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I am working through find the maximum likelihood estimators of the bivariate normal distribution, without using matrices. I have the following density function:

$f(Y_1,Y_2) = \frac{1}{2\pi\sigma_1\sigma_2\sqrt{1-\rho_{12}^2}} \exp \bigg\{ -\frac{1}{2(1-\rho_{12}^2)} \bigg[ \bigg(\frac{Y_1 - \mu_1}{\sigma_1} \bigg)^2 -2\rho_{12} \bigg( \frac{Y_1 - \mu_1}{\sigma_1} \bigg)\bigg( \frac{Y_2 - \mu_2}{\sigma_2} \bigg) + \bigg( \frac{Y_2 - \mu_2}{\sigma_2} \bigg)^2 \bigg] \bigg\}$

So far, I've obtained the log likelihood:

\begin{equation} \begin{split} \ell(\mu_1, \mu_2, \sigma_1, \sigma_2,\rho_{12}) & = -n\log2 \pi - n\log \sigma_1 - n\log \sigma_2 - \frac{n}{2} \log(1-\rho_{12}^2) \\&- \frac{1}{2(1-\rho_{12}^2)}\sum_{i=1}^n \bigg[ \bigg(\frac{Y_1 - \mu_1}{\sigma_1} \bigg)^2 -2\rho_{12} \bigg( \frac{Y_1 - \mu_1}{\sigma_1} \bigg)\bigg( \frac{Y_2 - \mu_2}{\sigma_2} \bigg) + \bigg( \frac{Y_2 - \mu_2}{\sigma_2} \bigg)^2 \bigg] \end{split} \end{equation}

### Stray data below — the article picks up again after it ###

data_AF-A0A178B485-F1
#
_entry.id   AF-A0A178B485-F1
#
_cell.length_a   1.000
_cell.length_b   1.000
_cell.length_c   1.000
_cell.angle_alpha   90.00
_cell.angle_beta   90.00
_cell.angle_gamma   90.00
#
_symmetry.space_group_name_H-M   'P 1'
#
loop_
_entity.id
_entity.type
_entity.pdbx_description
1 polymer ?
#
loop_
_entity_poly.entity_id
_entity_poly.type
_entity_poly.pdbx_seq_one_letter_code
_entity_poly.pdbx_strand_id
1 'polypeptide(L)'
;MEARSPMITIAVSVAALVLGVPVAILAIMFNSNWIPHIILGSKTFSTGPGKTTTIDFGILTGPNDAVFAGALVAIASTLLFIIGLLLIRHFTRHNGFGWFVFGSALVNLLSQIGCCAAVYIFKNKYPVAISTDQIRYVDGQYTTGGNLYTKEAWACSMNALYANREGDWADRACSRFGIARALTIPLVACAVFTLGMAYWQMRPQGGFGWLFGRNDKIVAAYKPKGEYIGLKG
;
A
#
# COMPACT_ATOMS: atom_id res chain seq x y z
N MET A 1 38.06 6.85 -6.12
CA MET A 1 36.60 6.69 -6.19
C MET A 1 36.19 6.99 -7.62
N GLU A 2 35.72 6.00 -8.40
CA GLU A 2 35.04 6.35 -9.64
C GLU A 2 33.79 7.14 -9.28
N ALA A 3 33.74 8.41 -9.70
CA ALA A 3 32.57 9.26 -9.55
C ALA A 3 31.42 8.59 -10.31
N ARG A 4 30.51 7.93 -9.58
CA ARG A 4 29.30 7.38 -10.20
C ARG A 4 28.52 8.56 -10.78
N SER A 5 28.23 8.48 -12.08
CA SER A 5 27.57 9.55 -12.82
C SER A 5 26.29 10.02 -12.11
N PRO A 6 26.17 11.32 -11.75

I'm having trouble with next steps: taking the partial derivatives w.r.t. each parameter, setting them equal to 0, and solving for the parameters.

Is there a better way to write the log likelihood so that I can more easily take each partial derivative?

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    $\begingroup$ Add the self study tag. $\endgroup$ Feb 19, 2019 at 2:34
  • $\begingroup$ Re "is there a better way:" using matrices is helpful :-). By precluding that, you have committed yourself to performing brute-force Calculus equations. $\endgroup$
    – whuber
    Feb 19, 2019 at 14:18

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I guess hgupta has moved on, but for anyone else trying to work through this problem, check out Chapter 9, Section 1, Exercises 1.12-1.14 on pages 294-300 of the book An Introduction to Probability and Statistical Inference, Second Edition, written by George Roussas. He walks you through the whole problem, from deriving the estimators to verifying that they are the MLEs.

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  • $\begingroup$ The book's solution is a bunch of routine calculus, which is a little bit boring. $\endgroup$
    – Tan
    Jan 28, 2021 at 7:22

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